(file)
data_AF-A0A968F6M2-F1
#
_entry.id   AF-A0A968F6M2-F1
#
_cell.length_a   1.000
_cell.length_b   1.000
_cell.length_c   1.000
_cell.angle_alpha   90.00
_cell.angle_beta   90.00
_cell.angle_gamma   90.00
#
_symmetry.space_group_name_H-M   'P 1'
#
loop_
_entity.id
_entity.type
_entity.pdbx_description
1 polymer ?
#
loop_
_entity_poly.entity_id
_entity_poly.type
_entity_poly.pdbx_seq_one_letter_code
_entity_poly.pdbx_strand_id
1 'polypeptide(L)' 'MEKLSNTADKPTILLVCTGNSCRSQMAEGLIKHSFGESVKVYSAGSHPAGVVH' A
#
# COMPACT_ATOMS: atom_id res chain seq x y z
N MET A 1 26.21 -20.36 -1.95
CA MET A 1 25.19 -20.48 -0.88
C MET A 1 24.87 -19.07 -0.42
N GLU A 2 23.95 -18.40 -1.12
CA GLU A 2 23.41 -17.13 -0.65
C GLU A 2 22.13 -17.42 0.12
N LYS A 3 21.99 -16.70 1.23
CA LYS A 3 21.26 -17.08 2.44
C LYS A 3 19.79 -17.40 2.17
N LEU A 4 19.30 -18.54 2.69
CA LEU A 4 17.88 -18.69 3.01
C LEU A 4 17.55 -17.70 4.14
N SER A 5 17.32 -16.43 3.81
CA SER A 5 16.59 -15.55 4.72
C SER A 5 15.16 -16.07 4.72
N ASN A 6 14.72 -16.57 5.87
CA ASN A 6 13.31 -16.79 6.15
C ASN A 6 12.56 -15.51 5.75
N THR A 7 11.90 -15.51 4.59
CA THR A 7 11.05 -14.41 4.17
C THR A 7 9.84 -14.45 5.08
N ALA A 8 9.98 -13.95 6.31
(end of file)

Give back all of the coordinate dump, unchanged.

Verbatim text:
data_AF-A0A968F6M2-F1
#
_entry.id   AF-A0A968F6M2-F1
#
_cell.length_a   1.000
_cell.length_b   1.000
_cell.length_c   1.000
_cell.angle_alpha   90.00
_cell.angle_beta   90.00
_cell.angle_gamma   90.00
#
_symmetry.space_group_name_H-M   'P 1'
#
loop_
_entity.id
_entity.type
_entity.pdbx_description
1 polymer ?
#
loop_
_entity_poly.entity_id
_entity_poly.type
_entity_poly.pdbx_seq_one_letter_code
_entity_poly.pdbx_strand_id
1 'polypeptide(L)' 'MEKLSNTADKPTILLVCTGNSCRSQMAEGLIKHSFGESVKVYSAGSHPAGVVH' A
#
# COMPACT_ATOMS: atom_id res chain seq x y z
N MET A 1 26.21 -20.36 -1.95
CA MET A 1 25.19 -20.48 -0.88
C MET A 1 24.87 -19.07 -0.42
N GLU A 2 23.95 -18.40 -1.12
CA GLU A 2 23.41 -17.13 -0.65
C GLU A 2 22.13 -17.42 0.12
N LYS A 3 21.99 -16.70 1.23
CA LYS A 3 21.26 -17.08 2.44
C LYS A 3 19.79 -17.40 2.17
N LEU A 4 19.30 -18.54 2.69
CA LEU A 4 17.88 -18.69 3.01
C LEU A 4 17.55 -17.70 4.14
N SER A 5 17.32 -16.43 3.81
CA SER A 5 16.59 -15.55 4.72
C SER A 5 15.16 -16.07 4.72
N ASN A 6 14.72 -16.57 5.87
CA ASN A 6 13.31 -16.79 6.15
C ASN A 6 12.56 -15.51 5.75
N THR A 7 11.90 -15.51 4.59
CA THR A 7 11.05 -14.41 4.17
C THR A 7 9.84 -14.45 5.08
N ALA A 8 9.98 -13.95 6.31